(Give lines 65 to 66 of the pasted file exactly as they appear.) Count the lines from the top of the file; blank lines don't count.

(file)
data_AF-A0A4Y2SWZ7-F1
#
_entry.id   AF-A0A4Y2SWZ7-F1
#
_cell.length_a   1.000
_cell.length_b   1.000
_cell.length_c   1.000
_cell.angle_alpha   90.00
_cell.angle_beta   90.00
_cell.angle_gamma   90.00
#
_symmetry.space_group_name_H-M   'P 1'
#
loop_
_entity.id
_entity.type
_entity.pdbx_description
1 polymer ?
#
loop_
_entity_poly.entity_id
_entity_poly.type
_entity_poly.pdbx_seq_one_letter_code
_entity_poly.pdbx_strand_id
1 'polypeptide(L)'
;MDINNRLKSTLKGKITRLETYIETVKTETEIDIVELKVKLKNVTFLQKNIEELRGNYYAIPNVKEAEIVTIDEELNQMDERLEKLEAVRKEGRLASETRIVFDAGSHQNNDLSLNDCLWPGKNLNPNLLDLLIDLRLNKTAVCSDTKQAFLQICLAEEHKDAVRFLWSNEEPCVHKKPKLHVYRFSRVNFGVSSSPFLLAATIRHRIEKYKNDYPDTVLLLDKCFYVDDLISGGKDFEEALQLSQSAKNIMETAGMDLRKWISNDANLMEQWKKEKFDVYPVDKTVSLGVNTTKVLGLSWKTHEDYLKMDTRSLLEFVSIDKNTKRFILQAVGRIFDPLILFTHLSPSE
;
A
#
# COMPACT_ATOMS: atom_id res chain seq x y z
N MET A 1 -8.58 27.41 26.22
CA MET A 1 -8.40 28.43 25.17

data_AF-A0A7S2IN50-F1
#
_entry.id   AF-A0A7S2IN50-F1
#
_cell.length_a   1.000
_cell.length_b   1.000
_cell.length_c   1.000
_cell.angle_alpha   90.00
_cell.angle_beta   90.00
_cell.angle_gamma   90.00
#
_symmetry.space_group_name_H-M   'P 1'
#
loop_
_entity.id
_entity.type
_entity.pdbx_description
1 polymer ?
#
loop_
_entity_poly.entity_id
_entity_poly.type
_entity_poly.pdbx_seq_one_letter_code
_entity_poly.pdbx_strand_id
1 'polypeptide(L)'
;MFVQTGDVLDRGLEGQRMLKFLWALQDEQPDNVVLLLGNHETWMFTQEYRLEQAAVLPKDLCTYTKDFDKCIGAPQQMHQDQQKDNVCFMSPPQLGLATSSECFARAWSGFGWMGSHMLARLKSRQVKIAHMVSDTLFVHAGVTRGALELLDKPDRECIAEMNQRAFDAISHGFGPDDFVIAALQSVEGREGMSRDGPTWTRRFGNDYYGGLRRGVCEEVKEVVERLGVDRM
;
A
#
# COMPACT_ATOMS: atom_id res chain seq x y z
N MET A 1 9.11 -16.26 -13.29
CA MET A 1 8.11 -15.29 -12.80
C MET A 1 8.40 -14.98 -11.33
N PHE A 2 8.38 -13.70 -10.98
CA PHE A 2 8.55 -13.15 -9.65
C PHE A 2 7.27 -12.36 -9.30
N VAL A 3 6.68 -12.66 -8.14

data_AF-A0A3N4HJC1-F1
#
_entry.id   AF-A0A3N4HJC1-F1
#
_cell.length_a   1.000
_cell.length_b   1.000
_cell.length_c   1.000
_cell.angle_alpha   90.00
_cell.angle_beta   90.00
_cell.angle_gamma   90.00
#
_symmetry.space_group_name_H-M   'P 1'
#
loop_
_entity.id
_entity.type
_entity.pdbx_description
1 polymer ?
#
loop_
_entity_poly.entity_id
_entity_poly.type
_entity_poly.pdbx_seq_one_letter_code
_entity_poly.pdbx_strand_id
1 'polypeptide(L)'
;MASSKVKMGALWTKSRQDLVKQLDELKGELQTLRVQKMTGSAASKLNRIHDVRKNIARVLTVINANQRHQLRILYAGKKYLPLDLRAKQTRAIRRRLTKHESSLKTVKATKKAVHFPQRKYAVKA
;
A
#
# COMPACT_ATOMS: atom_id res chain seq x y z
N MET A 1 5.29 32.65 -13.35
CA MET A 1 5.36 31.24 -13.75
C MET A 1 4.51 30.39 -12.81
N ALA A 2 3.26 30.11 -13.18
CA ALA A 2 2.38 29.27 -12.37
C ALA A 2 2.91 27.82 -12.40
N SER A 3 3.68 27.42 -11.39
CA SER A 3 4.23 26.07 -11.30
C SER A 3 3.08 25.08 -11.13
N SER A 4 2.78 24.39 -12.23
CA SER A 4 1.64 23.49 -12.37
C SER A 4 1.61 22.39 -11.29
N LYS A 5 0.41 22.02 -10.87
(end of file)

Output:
C MET A 1 8.40 -14.98 -11.33
N PHE A 2 8.38 -13.70 -10.98